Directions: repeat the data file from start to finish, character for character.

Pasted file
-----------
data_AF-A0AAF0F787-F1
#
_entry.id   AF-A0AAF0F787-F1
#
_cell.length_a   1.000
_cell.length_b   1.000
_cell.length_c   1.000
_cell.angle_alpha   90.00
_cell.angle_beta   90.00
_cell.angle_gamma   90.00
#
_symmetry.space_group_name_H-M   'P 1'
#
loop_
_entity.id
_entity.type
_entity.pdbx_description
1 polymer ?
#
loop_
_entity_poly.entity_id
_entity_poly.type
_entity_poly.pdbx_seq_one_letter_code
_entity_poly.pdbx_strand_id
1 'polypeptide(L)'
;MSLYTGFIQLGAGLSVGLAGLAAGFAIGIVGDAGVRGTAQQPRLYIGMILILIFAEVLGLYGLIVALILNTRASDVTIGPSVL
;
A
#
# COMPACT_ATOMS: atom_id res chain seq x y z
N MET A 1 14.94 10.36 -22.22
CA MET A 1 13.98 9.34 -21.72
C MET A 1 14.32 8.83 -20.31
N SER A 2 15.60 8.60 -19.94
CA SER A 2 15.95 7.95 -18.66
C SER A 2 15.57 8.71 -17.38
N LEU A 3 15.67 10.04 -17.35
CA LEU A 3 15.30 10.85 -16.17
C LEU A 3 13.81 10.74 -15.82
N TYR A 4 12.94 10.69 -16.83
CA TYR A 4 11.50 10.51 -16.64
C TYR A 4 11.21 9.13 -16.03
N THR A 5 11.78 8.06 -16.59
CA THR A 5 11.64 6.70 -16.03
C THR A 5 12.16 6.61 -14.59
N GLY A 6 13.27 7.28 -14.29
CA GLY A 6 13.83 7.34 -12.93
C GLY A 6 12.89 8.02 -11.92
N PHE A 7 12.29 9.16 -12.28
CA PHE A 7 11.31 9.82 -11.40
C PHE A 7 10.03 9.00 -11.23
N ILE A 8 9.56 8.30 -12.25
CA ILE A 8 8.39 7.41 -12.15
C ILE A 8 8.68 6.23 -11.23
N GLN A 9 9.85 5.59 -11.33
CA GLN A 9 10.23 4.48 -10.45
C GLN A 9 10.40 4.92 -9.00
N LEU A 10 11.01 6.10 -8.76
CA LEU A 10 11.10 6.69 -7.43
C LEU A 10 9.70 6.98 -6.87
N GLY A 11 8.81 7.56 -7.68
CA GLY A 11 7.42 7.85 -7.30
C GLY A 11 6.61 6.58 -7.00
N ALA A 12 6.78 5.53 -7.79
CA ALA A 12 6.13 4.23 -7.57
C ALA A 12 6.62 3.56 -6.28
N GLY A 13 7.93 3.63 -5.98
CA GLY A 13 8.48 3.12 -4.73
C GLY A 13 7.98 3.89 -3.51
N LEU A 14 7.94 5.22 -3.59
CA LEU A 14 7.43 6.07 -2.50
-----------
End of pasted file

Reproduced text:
data_AF-A0AAF0F787-F1
#
_entry.id   AF-A0AAF0F787-F1
#
_cell.length_a   1.000
_cell.length_b   1.000
_cell.length_c   1.000
_cell.angle_alpha   90.00
_cell.angle_beta   90.00
_cell.angle_gamma   90.00
#
_symmetry.space_group_name_H-M   'P 1'
#
loop_
_entity.id
_entity.type
_entity.pdbx_description
1 polymer ?
#
loop_
_entity_poly.entity_id
_entity_poly.type
_entity_poly.pdbx_seq_one_letter_code
_entity_poly.pdbx_strand_id
1 'polypeptide(L)'
;MSLYTGFIQLGAGLSVGLAGLAAGFAIGIVGDAGVRGTAQQPRLYIGMILILIFAEVLGLYGLIVALILNTRASDVTIGPSVL
;
A
#
# COMPACT_ATOMS: atom_id res chain seq x y z
N MET A 1 14.94 10.36 -22.22
CA MET A 1 13.98 9.34 -21.72
C MET A 1 14.32 8.83 -20.31
N SER A 2 15.60 8.60 -19.94
CA SER A 2 15.95 7.95 -18.66
C SER A 2 15.57 8.71 -17.38
N LEU A 3 15.67 10.04 -17.35
CA LEU A 3 15.30 10.85 -16.17
C LEU A 3 13.81 10.74 -15.82
N TYR A 4 12.94 10.69 -16.83
CA TYR A 4 11.50 10.51 -16.64
C TYR A 4 11.21 9.13 -16.03
N THR A 5 11.78 8.06 -16.59
CA THR A 5 11.64 6.70 -16.03
C THR A 5 12.16 6.61 -14.59
N GLY A 6 13.27 7.28 -14.29
CA GLY A 6 13.83 7.34 -12.93
C GLY A 6 12.89 8.02 -11.92
N PHE A 7 12.29 9.16 -12.28
CA PHE A 7 11.31 9.82 -11.40
C PHE A 7 10.03 9.00 -11.23
N ILE A 8 9.56 8.30 -12.25
CA ILE A 8 8.39 7.41 -12.15
C ILE A 8 8.68 6.23 -11.23
N GLN A 9 9.85 5.59 -11.33
CA GLN A 9 10.23 4.48 -10.45
C GLN A 9 10.40 4.92 -9.00
N LEU A 10 11.01 6.10 -8.76
CA LEU A 10 11.10 6.69 -7.43
C LEU A 10 9.70 6.98 -6.87
N GLY A 11 8.81 7.56 -7.68
CA GLY A 11 7.42 7.85 -7.30
C GLY A 11 6.61 6.58 -7.00
N ALA A 12 6.78 5.53 -7.79
CA ALA A 12 6.13 4.23 -7.57
C ALA A 12 6.62 3.56 -6.28
N GLY A 13 7.93 3.63 -5.98
CA GLY A 13 8.48 3.12 -4.73
C GLY A 13 7.98 3.89 -3.51
N LEU A 14 7.94 5.22 -3.59
CA LEU A 14 7.43 6.07 -2.50